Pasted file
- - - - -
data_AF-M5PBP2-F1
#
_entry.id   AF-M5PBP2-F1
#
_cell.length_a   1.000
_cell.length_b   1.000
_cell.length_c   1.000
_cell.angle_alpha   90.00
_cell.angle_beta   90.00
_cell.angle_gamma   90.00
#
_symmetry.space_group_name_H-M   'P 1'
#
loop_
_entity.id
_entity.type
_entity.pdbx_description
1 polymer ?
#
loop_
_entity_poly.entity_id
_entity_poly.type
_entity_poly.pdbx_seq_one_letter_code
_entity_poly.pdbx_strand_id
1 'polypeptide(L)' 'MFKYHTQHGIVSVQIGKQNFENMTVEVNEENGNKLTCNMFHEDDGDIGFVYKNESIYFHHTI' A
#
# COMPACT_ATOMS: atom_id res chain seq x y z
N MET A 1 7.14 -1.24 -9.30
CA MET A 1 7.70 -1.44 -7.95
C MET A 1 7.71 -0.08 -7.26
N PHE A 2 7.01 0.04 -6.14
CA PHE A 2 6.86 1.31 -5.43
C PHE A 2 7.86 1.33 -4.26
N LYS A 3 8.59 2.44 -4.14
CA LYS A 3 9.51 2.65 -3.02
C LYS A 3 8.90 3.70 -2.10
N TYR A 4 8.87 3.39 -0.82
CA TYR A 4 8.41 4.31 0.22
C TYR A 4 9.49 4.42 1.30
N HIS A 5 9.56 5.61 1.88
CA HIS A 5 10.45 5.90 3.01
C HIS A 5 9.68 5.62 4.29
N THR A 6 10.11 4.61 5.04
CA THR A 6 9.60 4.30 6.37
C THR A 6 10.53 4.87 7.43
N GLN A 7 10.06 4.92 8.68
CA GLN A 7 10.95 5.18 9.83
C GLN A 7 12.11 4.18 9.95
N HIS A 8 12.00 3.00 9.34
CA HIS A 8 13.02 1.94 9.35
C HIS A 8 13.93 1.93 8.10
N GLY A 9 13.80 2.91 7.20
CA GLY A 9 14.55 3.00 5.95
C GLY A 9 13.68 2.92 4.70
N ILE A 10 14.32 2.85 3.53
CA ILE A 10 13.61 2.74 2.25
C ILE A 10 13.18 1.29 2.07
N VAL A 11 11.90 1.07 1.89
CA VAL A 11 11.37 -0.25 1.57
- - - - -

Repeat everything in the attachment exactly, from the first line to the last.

data_AF-M5PBP2-F1
#
_entry.id   AF-M5PBP2-F1
#
_cell.length_a   1.000
_cell.length_b   1.000
_cell.length_c   1.000
_cell.angle_alpha   90.00
_cell.angle_beta   90.00
_cell.angle_gamma   90.00
#
_symmetry.space_group_name_H-M   'P 1'
#
loop_
_entity.id
_entity.type
_entity.pdbx_description
1 polymer ?
#
loop_
_entity_poly.entity_id
_entity_poly.type
_entity_poly.pdbx_seq_one_letter_code
_entity_poly.pdbx_strand_id
1 'polypeptide(L)' 'MFKYHTQHGIVSVQIGKQNFENMTVEVNEENGNKLTCNMFHEDDGDIGFVYKNESIYFHHTI' A
#
# COMPACT_ATOMS: atom_id res chain seq x y z
N MET A 1 7.14 -1.24 -9.30
CA MET A 1 7.70 -1.44 -7.95
C MET A 1 7.71 -0.08 -7.26
N PHE A 2 7.01 0.04 -6.14
CA PHE A 2 6.86 1.31 -5.43
C PHE A 2 7.86 1.33 -4.26
N LYS A 3 8.59 2.44 -4.14
CA LYS A 3 9.51 2.65 -3.02
C LYS A 3 8.90 3.70 -2.10
N TYR A 4 8.87 3.39 -0.82
CA TYR A 4 8.41 4.31 0.22
C TYR A 4 9.49 4.42 1.30
N HIS A 5 9.56 5.61 1.88
CA HIS A 5 10.45 5.90 3.01
C HIS A 5 9.68 5.62 4.29
N THR A 6 10.11 4.61 5.04
CA THR A 6 9.60 4.30 6.37
C THR A 6 10.53 4.87 7.43
N GLN A 7 10.06 4.92 8.68
CA GLN A 7 10.95 5.18 9.83
C GLN A 7 12.11 4.18 9.95
N HIS A 8 12.00 3.00 9.34
CA HIS A 8 13.02 1.94 9.35
C HIS A 8 13.93 1.93 8.10
N GLY A 9 13.80 2.91 7.20
CA GLY A 9 14.55 3.00 5.95
C GLY A 9 13.68 2.92 4.70
N ILE A 10 14.32 2.85 3.53
CA ILE A 10 13.61 2.74 2.25
C ILE A 10 13.18 1.29 2.07
N VAL A 11 11.90 1.07 1.89
CA VAL A 11 11.37 -0.25 1.57